“Before she got home I probably said, ‘We should name this horse after Mel,’ because that would help get the horse in my barn, too, if we named the horse after my assistant.”
Parcells has been a Thoroughbred owner for over a decade now and is a big supporter of the New York-bred program when he buys horses.
He won a stakes race at Saratoga in 2015 with Saratoga Snacks in the Evan Shipman and another in 2016 with Hit It Once More in the Albany as part of New York Showcase Day. Maple Leaf Mel’s Seeking the Ante win last Friday was part of that annual day-before-Travers card, too.
Parcells has also dabbled in graded stakes company, finishing off the board with Three Technique in the Grade I Allen Jerkens on the 2020 Travers card and in the Grade I Alfred G. Vanderbilt last year.
Like Three Technique and Let’s Go Big Blue, many of his horse’s names make a general football reference or a specific Giants one. Bavaro, Throw the Fade, Triple Option, Play Action Pass and Once a Giant all have carried the August Dawn Farm’s green-and-yellow silks.
As Englehart can attest, Parcells can have his demanding moments, but Coach, as he’s referred to, mostly enjoys hanging around the barns on the Oklahoma Training Track in the morning and watching the races in the afternoon. Parcells has had a house near Saratoga Lake for years.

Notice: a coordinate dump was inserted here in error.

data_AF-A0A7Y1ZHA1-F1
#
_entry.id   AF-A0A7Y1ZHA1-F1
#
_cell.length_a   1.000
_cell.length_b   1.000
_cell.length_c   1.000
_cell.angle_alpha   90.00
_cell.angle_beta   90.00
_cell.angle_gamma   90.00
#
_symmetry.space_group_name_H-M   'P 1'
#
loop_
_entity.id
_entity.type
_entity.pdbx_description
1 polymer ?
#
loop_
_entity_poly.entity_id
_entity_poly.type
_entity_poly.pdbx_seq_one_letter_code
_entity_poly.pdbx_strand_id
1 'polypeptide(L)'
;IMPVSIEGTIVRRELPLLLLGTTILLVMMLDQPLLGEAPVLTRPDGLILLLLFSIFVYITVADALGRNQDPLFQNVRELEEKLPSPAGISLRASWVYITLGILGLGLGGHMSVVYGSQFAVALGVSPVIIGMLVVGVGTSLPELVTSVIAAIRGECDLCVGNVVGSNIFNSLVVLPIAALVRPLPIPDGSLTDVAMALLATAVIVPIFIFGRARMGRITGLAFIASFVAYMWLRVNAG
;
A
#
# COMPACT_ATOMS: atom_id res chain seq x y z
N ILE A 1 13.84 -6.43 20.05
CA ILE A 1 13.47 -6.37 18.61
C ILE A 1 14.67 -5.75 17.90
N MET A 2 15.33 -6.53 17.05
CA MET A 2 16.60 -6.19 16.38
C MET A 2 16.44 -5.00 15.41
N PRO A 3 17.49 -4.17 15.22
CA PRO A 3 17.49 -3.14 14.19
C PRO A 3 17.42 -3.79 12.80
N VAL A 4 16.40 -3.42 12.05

“I’m a better person for knowing him and being able to work with him,” Englehart said. “In the last four years of our friendship, the life lessons I’ve gotten from him, it’s like having another dad.”
“It’s nice to be my age and have something to get you as excited as this does,” Parcells said after Maple Leaf Mel’s win on Friday.
Parcells’ age these days is 81, after he celebrated a birthday last Monday.
He’s not just in this as a relaxing diversion during retirement.
And his winning percentage at the meet and overall in 2022 perhaps reflects that fierce old competitive fire.
Parcells’ horses have won three of five starts at the Spa, and since the meet began on July 14, he also had a victory with Play Action Pass at another track, Ellis Park in Kentucky.
In 2022, his horses have a 6-1-4 record from 19 starts, a sparkling 31.6% to win and 57.9% in the money.
COVID kept Parcells from attending Maple Leaf Mel’s win on Aug. 10. Englehart had a much different excuse for not being there, and he heard about it.
“This is his locker room,” Englehart said. “When I missed her run the first time, I was watching a Mets game with my kids, and I knew I had to dip my toes in the water and test the temperature of the water and see how he was going to handle that.
“And he goes, ‘Yeah, I can see myself telling Mr. [Wellington] Mara, you know, I’m not going to be able to make the NFC Championship Game this week, because I’ve got to take my kids to a Mets game.’
“But you know what, he’s always respected me as a father and having five kids, and I think that’s one thing that we share a lot in common, with the kids. And he knows how important it is, so it wasn’t that big a deal.
“And it sure wasn’t that big a deal when she won, so that was good.”